Changed consumer expectations, across industries, will put more pressure on companies to roll out software with increasing frequency. That’s a given. Yet the more frequently software ships, the more it has an impact on marketing, business models and consumer expectations. People who design continuous delivery pipelines, and people who break down features into iterative deliveries, now have a magic wand that can disrupt sales or marketing and disorient users.
A nice example of that is how Paypal changed their business dashboard last year. One day, trying to pay something using PayPal, I panicked after several thousand pounds disappeared from our company account. My first thoughts were that our PayPal account got hacked, or that the funds were frozen for some bizarre reason. PayPal is famous for being hostile to digital goods merchants, and frozen funds were an even scarier scenario than getting hacked. I looked through the recent transactions, and I couldn’t see any transfers or withdrawals. In fact, there was nothing suspicious in the list. While I was trying to call the customer service, I spotted a link saying something similar to ‘how do you like our new business dashboard?’ Anyone who has ever done serious software testing would start guessing what happened there. And in fact, it took only three link clicks to find the money. My company has a multi-currency account with PayPal. The old dashboard converted all the money into an approximated value in the primary currency, but the new dashboard only showed the money actually in the primary currency. Someone did an incremental development change, and they either intentionally or mistakenly disregarded multiple currency accounts. I can only assume that most people with multiple currency accounts didn’t think like a software tester that morning, and that the PayPal customer service didn’t exactly have a pleasant day. At the same time, to get software potentially shippable, someone had to cut a huge piece of work into smaller batches. And they made the wrong choice.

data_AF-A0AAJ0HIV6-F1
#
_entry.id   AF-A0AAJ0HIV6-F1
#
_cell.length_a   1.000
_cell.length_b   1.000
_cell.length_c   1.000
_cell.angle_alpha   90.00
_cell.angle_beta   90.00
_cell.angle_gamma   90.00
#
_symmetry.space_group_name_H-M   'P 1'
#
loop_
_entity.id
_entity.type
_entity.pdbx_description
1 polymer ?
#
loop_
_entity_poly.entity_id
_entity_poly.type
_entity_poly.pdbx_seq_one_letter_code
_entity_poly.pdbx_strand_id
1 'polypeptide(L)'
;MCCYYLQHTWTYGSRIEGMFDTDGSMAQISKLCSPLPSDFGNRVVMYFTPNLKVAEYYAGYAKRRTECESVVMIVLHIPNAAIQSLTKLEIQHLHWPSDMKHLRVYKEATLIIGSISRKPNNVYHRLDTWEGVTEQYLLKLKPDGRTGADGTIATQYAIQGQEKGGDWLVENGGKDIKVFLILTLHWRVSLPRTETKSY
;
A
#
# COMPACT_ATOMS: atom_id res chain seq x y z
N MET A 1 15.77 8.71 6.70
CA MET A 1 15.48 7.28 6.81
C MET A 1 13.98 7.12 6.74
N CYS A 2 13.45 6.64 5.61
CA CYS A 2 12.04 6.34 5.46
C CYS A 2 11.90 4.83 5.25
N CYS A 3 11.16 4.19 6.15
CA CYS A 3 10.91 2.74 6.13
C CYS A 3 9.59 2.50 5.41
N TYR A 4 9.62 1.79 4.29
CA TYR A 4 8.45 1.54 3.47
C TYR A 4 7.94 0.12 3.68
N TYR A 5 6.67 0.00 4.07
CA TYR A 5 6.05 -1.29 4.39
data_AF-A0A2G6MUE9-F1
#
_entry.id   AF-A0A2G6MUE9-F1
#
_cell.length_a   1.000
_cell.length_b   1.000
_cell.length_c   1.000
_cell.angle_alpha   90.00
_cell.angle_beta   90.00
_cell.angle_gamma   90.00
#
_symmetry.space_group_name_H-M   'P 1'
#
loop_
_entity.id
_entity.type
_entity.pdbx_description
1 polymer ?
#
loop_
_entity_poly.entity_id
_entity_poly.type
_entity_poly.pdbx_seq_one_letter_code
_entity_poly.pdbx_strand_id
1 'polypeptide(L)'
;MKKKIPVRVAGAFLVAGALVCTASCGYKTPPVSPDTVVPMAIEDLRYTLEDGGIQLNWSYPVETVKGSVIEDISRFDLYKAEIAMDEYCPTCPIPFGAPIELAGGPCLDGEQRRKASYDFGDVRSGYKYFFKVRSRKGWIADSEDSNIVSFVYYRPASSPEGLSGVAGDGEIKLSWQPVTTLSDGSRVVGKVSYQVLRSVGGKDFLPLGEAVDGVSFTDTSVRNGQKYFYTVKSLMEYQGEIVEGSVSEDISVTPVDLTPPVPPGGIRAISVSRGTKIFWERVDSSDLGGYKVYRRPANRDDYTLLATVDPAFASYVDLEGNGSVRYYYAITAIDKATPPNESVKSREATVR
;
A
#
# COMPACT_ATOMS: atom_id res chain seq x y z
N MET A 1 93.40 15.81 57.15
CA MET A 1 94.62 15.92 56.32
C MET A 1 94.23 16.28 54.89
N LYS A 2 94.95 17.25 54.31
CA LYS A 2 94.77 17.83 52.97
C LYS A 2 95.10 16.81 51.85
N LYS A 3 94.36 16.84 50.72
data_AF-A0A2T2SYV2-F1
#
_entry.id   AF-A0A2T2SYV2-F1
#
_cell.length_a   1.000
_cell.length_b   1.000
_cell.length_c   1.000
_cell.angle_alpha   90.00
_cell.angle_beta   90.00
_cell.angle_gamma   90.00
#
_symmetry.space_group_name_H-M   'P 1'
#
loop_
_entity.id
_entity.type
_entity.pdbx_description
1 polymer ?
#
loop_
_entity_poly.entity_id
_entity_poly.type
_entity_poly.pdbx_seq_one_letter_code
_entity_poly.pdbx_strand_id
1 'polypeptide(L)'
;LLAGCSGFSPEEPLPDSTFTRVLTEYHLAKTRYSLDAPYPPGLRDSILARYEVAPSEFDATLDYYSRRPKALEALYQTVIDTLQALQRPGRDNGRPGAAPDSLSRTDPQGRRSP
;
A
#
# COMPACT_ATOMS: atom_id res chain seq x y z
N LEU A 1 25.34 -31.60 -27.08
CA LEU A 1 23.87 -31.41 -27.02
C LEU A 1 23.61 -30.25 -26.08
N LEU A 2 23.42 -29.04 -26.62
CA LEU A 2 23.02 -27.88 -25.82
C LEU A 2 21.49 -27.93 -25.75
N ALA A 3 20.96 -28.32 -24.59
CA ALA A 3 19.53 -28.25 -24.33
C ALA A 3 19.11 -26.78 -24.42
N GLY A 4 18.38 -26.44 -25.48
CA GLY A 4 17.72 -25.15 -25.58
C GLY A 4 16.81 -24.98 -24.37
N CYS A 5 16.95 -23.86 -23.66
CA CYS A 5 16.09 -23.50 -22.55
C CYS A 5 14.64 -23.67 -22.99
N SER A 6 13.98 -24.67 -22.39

As an industry, we need to move the discussion away from ensuring things are potentially shippable towards how exactly that’s achieved. The choice can have a ton of unexpected negative effects on sales and marketing, or it can open up new business opportunities and help companies run much faster than the competition. That’s why software planning and releases have to be driven more by market cycles and marketing opportunities than arbitrary iterations.
And that’s where the problem with the concept of 'Potentially Shippable' starts. Does that mean potentially could be deployed to production? Or does it mean potentially could be released to users? Who determines if potentially should be turned into actually? Or when that should happen?
When we started fixing this problem for MindMup, one thing became painfully clear. We thought about deployment and releasing as the same thing, but it's much more useful to look at them separately. Deployment is a technical event, bits and bytes of software being moved to production servers or users’ devices. Release is a marketing event, where a new version becomes available to a group of end-users. Think about ‘Deployment’ as the part when an Amazon courier brings a box of cardboard-packed toys, you wrap them up nicely, and hide them in a cupboard. But ‘Release’ is when your children find the toys under a Christmas tree, at exactly the right moment to believe in Santa Claus.